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Correspondence and Brief Communications
December 1998

Postoperative Complications of Temporary Abdominal Surgery

Author Affiliations

Copyright 1998 American Medical Association. All Rights Reserved. Applicable FARS/DFARS Restrictions Apply to Government Use.1998

Arch Surg. 1998;133(12):1370-1371. doi:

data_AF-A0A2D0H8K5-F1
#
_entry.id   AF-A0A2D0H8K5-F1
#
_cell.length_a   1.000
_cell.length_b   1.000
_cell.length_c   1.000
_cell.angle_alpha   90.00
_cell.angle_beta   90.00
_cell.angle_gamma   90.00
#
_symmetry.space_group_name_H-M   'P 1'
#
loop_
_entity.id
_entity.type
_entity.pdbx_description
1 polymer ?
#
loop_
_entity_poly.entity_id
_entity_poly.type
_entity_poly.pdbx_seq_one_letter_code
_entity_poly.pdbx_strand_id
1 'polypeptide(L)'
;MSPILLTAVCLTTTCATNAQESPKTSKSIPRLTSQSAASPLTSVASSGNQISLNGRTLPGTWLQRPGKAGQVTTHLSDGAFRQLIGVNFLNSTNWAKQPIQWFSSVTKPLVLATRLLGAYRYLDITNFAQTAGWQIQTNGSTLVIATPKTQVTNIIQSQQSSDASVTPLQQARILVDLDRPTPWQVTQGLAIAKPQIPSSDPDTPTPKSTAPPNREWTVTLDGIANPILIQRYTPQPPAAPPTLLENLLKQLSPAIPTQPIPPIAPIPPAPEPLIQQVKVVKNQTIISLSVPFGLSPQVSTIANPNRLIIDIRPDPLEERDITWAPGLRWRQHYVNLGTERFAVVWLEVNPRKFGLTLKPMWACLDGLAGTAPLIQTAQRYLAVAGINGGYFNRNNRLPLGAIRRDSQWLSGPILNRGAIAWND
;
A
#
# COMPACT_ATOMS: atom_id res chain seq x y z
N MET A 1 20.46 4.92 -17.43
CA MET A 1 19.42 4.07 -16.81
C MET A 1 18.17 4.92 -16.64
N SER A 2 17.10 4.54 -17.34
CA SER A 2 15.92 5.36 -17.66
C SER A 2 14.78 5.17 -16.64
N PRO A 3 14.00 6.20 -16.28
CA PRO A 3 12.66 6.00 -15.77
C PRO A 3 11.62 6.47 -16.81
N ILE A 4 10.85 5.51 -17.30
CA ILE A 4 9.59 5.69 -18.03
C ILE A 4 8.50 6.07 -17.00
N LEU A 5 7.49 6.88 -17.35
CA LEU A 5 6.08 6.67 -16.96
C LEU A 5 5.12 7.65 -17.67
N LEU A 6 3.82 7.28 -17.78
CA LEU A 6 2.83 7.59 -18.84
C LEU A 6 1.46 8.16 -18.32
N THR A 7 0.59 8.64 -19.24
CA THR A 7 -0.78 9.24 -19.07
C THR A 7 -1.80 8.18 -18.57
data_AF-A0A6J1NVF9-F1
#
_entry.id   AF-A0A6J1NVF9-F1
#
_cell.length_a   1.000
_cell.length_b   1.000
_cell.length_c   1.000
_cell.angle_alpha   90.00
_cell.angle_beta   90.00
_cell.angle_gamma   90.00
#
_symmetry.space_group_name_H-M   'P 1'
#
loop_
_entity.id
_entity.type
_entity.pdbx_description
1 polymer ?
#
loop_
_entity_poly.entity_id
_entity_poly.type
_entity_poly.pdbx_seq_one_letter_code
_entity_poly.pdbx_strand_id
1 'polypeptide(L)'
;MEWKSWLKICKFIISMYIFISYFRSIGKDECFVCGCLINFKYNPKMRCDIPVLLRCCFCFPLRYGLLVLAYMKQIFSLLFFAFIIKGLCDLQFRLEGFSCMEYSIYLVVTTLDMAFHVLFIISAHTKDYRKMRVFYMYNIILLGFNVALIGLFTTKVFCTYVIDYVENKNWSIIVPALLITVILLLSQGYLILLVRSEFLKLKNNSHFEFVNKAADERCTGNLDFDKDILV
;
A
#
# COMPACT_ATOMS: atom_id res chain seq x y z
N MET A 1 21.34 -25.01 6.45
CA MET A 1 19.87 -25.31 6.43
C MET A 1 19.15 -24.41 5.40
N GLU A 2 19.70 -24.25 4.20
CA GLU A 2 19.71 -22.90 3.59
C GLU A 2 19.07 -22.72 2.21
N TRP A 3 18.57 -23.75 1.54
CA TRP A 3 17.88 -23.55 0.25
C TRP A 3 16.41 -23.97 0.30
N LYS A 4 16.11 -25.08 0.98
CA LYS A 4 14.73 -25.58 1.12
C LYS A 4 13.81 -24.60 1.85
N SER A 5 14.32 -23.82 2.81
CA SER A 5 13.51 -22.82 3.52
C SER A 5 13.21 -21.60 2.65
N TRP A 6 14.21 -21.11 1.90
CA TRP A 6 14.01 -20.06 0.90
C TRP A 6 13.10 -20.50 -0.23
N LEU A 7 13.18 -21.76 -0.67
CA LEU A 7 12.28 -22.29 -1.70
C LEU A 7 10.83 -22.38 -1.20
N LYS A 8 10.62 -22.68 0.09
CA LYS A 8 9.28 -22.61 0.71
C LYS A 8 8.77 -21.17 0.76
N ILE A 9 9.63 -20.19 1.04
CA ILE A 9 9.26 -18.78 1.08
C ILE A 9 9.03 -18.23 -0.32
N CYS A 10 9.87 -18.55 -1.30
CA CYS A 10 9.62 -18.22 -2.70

We appreciate the comments by Losanoff et al1 regarding our article on the utility of absorbable mesh for temporary abdominal coverage in the severely injured2; however, they misquoted Table 3 by substituting raw numbers for percentages and adding the 2 columns. Our bowel fistula rate was actually 11 (15%) of 73 patients, and not 34 (47%) of 73 patients as they implied. We agree, however, that mesh placed directly on the bowel increases the risk of fistula. Several techniques have evolved that have decreased our current bowel fistula rate to 1 (4%) in the last 24 patients. We first attempt to insert the omentum between the mesh and the viscera and place petroleum jelly-impregnated gauze over the mesh. Moist gauze, suction drains, a towel, and antimicrobial incise drape (Ioban, 3M, St Paul, Minn) are placed over the wound to keep it sealed, followed up with postoperative bladder pressures to detect intra-abdominal hypertension. We do not change the dressing until the next operation. If we cannot close the fascia in the first several days, we rapidly move to skin and subcutaneous tissue flap coverage. Skin grafts are used to cover any persistent exposed viscera. Using a similar strategy, Ivatury et al3 reported a bowel fistula rate of 1% to 2%.

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